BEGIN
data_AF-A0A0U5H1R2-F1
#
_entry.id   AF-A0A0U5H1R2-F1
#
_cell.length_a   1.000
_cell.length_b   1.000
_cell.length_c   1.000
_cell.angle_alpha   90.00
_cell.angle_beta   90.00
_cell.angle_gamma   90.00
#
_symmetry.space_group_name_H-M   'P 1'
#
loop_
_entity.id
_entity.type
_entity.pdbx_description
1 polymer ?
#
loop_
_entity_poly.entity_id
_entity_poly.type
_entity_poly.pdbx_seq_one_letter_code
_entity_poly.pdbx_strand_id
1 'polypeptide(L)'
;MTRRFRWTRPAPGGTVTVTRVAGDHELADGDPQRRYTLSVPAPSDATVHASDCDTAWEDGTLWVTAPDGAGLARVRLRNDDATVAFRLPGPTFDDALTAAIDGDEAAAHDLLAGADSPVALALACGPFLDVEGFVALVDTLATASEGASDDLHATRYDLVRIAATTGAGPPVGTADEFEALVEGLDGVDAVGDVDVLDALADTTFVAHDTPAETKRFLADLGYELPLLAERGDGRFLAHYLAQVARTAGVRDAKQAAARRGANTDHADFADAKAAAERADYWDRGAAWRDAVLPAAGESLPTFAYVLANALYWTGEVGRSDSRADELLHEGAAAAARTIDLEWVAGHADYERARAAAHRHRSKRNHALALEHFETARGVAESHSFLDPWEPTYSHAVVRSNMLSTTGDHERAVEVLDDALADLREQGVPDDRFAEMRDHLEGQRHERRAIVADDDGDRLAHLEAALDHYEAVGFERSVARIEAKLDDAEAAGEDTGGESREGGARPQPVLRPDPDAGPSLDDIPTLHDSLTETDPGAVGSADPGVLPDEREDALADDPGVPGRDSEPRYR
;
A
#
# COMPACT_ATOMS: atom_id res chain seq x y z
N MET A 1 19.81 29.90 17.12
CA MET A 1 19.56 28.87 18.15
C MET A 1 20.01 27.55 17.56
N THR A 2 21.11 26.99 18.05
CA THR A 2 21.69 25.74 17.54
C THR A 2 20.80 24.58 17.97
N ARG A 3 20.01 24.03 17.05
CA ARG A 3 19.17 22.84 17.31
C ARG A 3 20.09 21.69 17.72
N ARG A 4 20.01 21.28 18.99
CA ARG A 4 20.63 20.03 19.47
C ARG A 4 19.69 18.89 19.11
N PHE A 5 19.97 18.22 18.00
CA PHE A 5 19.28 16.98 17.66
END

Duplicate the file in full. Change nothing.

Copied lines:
data_AF-A0A0U5H1R2-F1
#
_entry.id   AF-A0A0U5H1R2-F1
#
_cell.length_a   1.000
_cell.length_b   1.000
_cell.length_c   1.000
_cell.angle_alpha   90.00
_cell.angle_beta   90.00
_cell.angle_gamma   90.00
#
_symmetry.space_group_name_H-M   'P 1'
#
loop_
_entity.id
_entity.type
_entity.pdbx_description
1 polymer ?
#
loop_
_entity_poly.entity_id
_entity_poly.type
_entity_poly.pdbx_seq_one_letter_code
_entity_poly.pdbx_strand_id
1 'polypeptide(L)'
;MTRRFRWTRPAPGGTVTVTRVAGDHELADGDPQRRYTLSVPAPSDATVHASDCDTAWEDGTLWVTAPDGAGLARVRLRNDDATVAFRLPGPTFDDALTAAIDGDEAAAHDLLAGADSPVALALACGPFLDVEGFVALVDTLATASEGASDDLHATRYDLVRIAATTGAGPPVGTADEFEALVEGLDGVDAVGDVDVLDALADTTFVAHDTPAETKRFLADLGYELPLLAERGDGRFLAHYLAQVARTAGVRDAKQAAARRGANTDHADFADAKAAAERADYWDRGAAWRDAVLPAAGESLPTFAYVLANALYWTGEVGRSDSRADELLHEGAAAAARTIDLEWVAGHADYERARAAAHRHRSKRNHALALEHFETARGVAESHSFLDPWEPTYSHAVVRSNMLSTTGDHERAVEVLDDALADLREQGVPDDRFAEMRDHLEGQRHERRAIVADDDGDRLAHLEAALDHYEAVGFERSVARIEAKLDDAEAAGEDTGGESREGGARPQPVLRPDPDAGPSLDDIPTLHDSLTETDPGAVGSADPGVLPDEREDALADDPGVPGRDSEPRYR
;
A
#
# COMPACT_ATOMS: atom_id res chain seq x y z
N MET A 1 19.81 29.90 17.12
CA MET A 1 19.56 28.87 18.15
C MET A 1 20.01 27.55 17.56
N THR A 2 21.11 26.99 18.05
CA THR A 2 21.69 25.74 17.54
C THR A 2 20.80 24.58 17.97
N ARG A 3 20.01 24.03 17.05
CA ARG A 3 19.17 22.84 17.31
C ARG A 3 20.09 21.69 17.72
N ARG A 4 20.01 21.28 18.99
CA ARG A 4 20.63 20.03 19.47
C ARG A 4 19.69 18.89 19.11
N PHE A 5 19.97 18.22 18.00
CA PHE A 5 19.28 16.98 17.66